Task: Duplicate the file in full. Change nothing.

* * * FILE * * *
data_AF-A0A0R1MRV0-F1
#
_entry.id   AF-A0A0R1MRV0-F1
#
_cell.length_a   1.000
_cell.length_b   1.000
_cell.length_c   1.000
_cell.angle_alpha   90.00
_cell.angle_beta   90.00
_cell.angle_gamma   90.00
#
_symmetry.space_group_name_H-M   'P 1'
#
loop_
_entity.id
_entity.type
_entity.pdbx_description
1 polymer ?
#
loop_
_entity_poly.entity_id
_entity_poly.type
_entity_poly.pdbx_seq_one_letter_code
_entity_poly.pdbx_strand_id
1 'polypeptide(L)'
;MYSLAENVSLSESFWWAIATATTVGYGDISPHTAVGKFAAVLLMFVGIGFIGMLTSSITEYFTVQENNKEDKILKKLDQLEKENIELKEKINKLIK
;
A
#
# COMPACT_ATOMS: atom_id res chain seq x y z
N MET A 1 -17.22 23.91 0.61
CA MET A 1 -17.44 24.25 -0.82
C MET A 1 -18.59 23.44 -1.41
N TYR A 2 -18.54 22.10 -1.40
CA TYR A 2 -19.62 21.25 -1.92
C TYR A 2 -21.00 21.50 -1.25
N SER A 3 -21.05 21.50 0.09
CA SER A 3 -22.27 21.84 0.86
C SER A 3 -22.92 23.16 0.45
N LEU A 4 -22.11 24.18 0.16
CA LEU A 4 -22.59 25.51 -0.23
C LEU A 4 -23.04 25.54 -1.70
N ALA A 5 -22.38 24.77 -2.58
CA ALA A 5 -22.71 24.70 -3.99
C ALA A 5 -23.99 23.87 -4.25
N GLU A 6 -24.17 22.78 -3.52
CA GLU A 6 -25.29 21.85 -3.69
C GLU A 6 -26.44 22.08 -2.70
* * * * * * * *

data_AF-A0A0R1MRV0-F1
#
_entry.id   AF-A0A0R1MRV0-F1
#
_cell.length_a   1.000
_cell.length_b   1.000
_cell.length_c   1.000
_cell.angle_alpha   90.00
_cell.angle_beta   90.00
_cell.angle_gamma   90.00
#
_symmetry.space_group_name_H-M   'P 1'
#
loop_
_entity.id
_entity.type
_entity.pdbx_description
1 polymer ?
#
loop_
_entity_poly.entity_id
_entity_poly.type
_entity_poly.pdbx_seq_one_letter_code
_entity_poly.pdbx_strand_id
1 'polypeptide(L)'
;MYSLAENVSLSESFWWAIATATTVGYGDISPHTAVGKFAAVLLMFVGIGFIGMLTSSITEYFTVQENNKEDKILKKLDQLEKENIELKEKINKLIK
;
A
#
# COMPACT_ATOMS: atom_id res chain seq x y z
N MET A 1 -17.22 23.91 0.61
CA MET A 1 -17.44 24.25 -0.82
C MET A 1 -18.59 23.44 -1.41
N TYR A 2 -18.54 22.10 -1.40
CA TYR A 2 -19.62 21.25 -1.92
C TYR A 2 -21.00 21.50 -1.25
N SER A 3 -21.05 21.50 0.09
CA SER A 3 -22.27 21.84 0.86
C SER A 3 -22.92 23.16 0.45
N LEU A 4 -22.11 24.18 0.16
CA LEU A 4 -22.59 25.51 -0.23
C LEU A 4 -23.04 25.54 -1.70
N ALA A 5 -22.38 24.77 -2.58
CA ALA A 5 -22.71 24.70 -3.99
C ALA A 5 -23.99 23.87 -4.25
N GLU A 6 -24.17 22.78 -3.52
CA GLU A 6 -25.29 21.85 -3.69
C GLU A 6 -26.44 22.08 -2.70